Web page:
Cold reality for whistle-blower in ‘Diego Star’
Ships have taken on metaphorical cargo in such recent films as “Captain Phillips” and “All Is Lost.” In both they represent the economic toll on people caused by the leviathan known as globalization. Such is the case in Quebec director Frédérick Pelletier’s impressive debut feature, a stark, touching tale about the common humanity that connects people from alien backgrounds, and the institutionalized inhumanity that drives them apart. It opens Wednesday at the Museum of Fine Arts.
Like “Captain Phillips,” “Diego Star” dramatizes the disconnect between the corporate world, as represented by international shipping companies, and the disenfranchised Third World people whom they ignore or exploit. Traoré (Issaka Sawadogo, in a nuanced, moving performance) is no Somali pirate, as in “Phillips,” but a mechanic from the Ivory Coast working on the Russian-owned cargo ship of the title. But it seems like those working on the ships don’t get a much better deal than those who hijack them.
As the film begins, Traoré heatedly warns his supervisor that the ship’s engine is worn out and ready to blow. And so it does, and they limp into a nearby Canadian port where the
ship will be repaired and the authorities will investigate the reason for the breakdown. Once there Traoré must decide whether to inform the authorities of the abusive conditions on the ship or stay quiet and avoid trouble. He opts for the former, and learns that no one likes a
Meanwhile, he and the other crewmen have been given lodgings in local homes as they bide their time in the wintry port (“Why can’t the ship break down in Brazil?” one of them laments). Traoré takes up residence with Fanny (Chloé Bourgeois), a young single mother who works in the shipyard cafeteria. There’s something in the way that she says, “Shepherd’s pie or hot dogs?” to those lining up for a meal that suggests she’s not happy with her situation, either.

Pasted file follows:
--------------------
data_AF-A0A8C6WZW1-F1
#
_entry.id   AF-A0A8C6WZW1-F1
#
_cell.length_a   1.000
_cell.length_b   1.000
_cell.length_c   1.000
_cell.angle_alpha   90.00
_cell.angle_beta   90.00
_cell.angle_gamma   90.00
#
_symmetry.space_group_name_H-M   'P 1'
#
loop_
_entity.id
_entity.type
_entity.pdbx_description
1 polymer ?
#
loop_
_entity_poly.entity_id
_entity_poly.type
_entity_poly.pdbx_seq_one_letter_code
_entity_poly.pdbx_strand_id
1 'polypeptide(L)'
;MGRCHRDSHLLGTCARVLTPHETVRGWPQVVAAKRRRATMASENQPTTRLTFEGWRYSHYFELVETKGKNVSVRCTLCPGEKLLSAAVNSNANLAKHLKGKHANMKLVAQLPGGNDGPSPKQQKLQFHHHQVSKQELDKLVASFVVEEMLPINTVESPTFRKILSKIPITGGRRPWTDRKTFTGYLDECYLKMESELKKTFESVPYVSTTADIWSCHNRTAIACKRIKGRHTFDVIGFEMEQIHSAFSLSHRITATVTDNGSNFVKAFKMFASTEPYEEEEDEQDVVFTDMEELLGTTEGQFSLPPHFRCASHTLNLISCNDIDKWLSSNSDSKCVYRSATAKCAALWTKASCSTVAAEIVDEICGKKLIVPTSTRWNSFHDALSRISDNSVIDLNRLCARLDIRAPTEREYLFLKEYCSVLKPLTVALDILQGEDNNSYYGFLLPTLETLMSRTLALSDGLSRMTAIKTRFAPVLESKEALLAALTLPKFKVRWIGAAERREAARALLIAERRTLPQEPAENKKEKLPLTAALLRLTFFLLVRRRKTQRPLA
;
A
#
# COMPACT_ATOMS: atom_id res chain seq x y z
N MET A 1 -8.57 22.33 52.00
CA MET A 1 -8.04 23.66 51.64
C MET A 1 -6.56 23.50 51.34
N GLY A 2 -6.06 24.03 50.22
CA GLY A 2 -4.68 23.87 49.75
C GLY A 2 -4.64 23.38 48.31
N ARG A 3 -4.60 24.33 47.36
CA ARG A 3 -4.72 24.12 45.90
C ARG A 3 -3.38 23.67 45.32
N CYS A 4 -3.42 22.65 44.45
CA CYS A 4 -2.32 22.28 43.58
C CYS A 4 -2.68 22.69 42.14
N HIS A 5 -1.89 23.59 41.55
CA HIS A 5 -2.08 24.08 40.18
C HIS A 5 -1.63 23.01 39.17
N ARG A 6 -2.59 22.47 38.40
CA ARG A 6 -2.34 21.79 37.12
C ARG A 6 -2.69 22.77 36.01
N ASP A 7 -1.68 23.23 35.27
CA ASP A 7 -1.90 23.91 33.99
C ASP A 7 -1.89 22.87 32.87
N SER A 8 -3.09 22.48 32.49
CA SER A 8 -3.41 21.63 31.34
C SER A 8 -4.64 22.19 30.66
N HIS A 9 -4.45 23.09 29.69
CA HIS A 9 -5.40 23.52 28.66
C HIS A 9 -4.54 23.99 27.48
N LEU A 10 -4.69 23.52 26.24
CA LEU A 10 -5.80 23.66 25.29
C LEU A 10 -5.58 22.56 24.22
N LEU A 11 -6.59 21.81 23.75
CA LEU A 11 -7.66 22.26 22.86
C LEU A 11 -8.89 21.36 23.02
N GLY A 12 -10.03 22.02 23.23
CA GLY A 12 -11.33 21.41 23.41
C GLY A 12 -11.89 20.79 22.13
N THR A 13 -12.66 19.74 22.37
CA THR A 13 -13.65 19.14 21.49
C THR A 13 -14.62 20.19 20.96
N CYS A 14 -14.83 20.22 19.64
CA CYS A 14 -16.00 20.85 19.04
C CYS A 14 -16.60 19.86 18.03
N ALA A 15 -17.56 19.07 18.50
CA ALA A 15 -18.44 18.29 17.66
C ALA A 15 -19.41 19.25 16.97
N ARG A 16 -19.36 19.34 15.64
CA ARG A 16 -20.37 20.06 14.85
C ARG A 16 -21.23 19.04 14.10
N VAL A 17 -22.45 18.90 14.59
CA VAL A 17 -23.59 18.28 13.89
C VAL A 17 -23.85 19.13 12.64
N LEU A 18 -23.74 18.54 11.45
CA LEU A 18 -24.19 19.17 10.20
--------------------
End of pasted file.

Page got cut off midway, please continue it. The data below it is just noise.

As might be expected, the two bond, more in a paternal than a romantic way since Traoré has a son Fanny’s age. She sympathizes when he shows her a picture of his son and says he hasn’t seen the boy in a long time. Though his job provides his family with a decent life, it also means that he rarely visits them. But despite their shared miseries, cultural differences and the problems Traoré has stirred up with his quest for justice threaten to shatter their fragile alliance.
Such a story could easily slip into sentimentality and moralism, but Pelletier tells it with a stark minimalism that mirrors the bleak, cold setting of bungalows, snow, and greasy nautical equipment. A scene with Traoré and Fanny together watching a snow blower pass in the night conveys an aching beauty that belies the setting’s meanness. Drawing on the kind of harsh but humanistic social realism practiced by filmmakers like the Dardenne brothers, Pelletier shows great promise. Sadly, the world will continue to offer him plenty of material to work with.